Fighting the fungus

Traditional maize drying.
Traditional maize drying.

Many African countries are working to curb the threat posed to human and animal health by mycotoxins. But climate change could set back their progress, Sharon Kantengwa reports.

About 80% of East Africa’s population depend on farming for their livelihood. For them, an ever-present scourge is mycotoxins—harmful substances produced by mould growing on cereal crops like maize, peanuts, cassava, and millet. These toxins are bad for human and animal health. They have been associated with cancer and liver disease, suppress the immune system, and can stunt the growth of children. When consumed large quantities, they can kill both humans and livestock. Despite this, many farmers on the continent are not aware of their existence or possible consequences.

There are many initiatives to reduce mycotoxin contamination in African countries. But they face a new stumbling block: climate change. Models project that in the coming decades many hot and humid areas of the continent will get hotter and wetter as global temperatures rise due to human-linked greenhouse gas emissions.

“Climate change will make the problem of mycotoxins in Africa much worse,” says Amare Ayalew, programme manager for the Partnership for Aflatoxin Control in Africa (PACA), a continental initiative to coordinate the control of aflatoxin the most dangerous mycotoxin. Not only does increased humidity and warmth spur the growth of the toxin-producing moulds, but higher temperatures push the genes in the moulds that produce the toxins to express more frequently, says Ayalew who is based at the African Union headquarters in Addis Ababa, Ethiopia. Consequently, climate change could result in more mould, and also more toxins. This, he adds, represents a major threat to trade and food security on the continent.

Climate change will make the problem of mycotoxins in Africa much worse.

An age-old threat
Mycotoxins entered the human food chain at about the same time as we began to farm crops and store them something scientists estimate happened about 10,000 years ago. Stored grain provided a new ecological niche for fungi, and led to the proliferation of diseases like ergotism, which is caused by eating mouldy rye and which can trigger convulsions.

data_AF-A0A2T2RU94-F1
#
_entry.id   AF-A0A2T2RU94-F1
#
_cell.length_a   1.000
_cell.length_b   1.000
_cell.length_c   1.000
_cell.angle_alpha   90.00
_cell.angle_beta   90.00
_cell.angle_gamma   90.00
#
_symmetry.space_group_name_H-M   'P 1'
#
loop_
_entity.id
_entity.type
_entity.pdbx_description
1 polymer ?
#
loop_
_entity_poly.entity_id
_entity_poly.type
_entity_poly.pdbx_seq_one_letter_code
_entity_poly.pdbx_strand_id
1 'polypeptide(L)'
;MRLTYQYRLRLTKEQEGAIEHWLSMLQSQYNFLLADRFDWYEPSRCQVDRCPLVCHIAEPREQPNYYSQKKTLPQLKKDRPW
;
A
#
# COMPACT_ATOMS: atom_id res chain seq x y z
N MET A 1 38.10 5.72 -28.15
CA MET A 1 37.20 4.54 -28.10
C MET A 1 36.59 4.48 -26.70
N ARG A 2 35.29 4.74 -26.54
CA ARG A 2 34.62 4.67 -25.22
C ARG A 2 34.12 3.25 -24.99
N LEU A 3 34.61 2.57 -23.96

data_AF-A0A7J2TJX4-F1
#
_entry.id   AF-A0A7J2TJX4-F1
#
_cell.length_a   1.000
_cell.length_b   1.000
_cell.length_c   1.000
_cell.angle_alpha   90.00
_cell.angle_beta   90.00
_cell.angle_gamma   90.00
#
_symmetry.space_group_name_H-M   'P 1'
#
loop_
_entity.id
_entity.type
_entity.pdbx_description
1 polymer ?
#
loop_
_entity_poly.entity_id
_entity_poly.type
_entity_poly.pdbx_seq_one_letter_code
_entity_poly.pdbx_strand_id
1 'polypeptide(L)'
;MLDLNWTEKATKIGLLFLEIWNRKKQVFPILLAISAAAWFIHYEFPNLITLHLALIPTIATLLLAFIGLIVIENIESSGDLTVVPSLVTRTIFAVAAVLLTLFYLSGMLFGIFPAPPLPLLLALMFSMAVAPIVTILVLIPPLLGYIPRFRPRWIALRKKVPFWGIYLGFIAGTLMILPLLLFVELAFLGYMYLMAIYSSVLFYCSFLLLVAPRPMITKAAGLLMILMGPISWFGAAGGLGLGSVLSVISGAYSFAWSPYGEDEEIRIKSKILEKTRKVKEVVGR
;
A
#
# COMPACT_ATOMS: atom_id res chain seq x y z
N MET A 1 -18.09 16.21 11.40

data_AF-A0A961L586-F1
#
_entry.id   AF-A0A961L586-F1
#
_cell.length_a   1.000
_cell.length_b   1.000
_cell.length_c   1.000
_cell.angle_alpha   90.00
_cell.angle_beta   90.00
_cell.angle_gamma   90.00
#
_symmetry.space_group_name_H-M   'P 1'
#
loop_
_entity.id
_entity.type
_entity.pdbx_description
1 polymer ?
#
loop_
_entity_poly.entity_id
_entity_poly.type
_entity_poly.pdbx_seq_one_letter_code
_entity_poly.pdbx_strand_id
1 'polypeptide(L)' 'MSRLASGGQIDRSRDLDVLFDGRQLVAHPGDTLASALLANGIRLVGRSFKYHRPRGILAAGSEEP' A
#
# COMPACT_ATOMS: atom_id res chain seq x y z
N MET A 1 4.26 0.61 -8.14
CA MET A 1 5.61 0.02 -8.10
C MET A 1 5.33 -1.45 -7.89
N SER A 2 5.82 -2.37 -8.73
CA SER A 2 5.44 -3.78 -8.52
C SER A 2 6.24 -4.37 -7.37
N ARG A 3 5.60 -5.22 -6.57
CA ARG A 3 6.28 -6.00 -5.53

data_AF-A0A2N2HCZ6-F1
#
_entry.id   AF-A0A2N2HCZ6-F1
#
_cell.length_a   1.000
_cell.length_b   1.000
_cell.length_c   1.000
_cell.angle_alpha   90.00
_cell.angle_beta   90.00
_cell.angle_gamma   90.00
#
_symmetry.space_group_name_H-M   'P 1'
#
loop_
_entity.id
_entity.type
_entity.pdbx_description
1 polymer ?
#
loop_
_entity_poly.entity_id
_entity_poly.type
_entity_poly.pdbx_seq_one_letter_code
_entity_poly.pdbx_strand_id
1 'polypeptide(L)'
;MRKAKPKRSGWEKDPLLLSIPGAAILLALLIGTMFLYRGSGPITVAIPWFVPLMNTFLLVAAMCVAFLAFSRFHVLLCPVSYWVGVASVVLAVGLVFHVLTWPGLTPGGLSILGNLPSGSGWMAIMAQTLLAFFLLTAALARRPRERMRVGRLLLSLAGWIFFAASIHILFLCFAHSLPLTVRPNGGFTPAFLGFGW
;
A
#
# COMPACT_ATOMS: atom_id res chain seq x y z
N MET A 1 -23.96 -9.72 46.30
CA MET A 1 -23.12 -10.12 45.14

Sophisticated crop handling techniques have reduced the problem significantly in Western Europe and other developed regions. But across the developing world, mycotoxins remain a challenge. In 2015, the International Agency for Research on Cancer estimated that 500 million people across sub-Saharan Africa, Latin America, and Asia are exposed to dangerous levels of mycotoxins.

Many African countries have recently stepped up their fight against the scourge. Last year, Rwanda’s Food and Drugs Authority (FDA) developed regulations governing food fortification, food-product labeling, registration, and hygiene. But some processors are violating the safety requirements by using substandard raw materials, says Charles Karangwa, acting director-general of Rwanda FDA. According to Minimex, a Rwandan maize producer, the level of aflatoxin in some of the local maize was more than five times higher than safe levels.

Intergovernmental organisation East African Community (EAC) last year also strengthened its plans to combat aflatoxin and agreed on a policy framework to deal more effectively with the threat it poses to human and animal health.

But some countries, like Uganda, don’t have fully developed strategies for controlling mycotoxins. Such strategies are sorely needed, writes Fred Lukwago, a food scientist at the country’s Makerere University in a 12-year review of Uganda’s mycotoxin trends. The review, which was published in March 2019 in Scientific African, says that aflatoxin contamination costs the country almost US$600 million per year as a result of liver cancer cases—just one of the many health effects the toxins have in humans.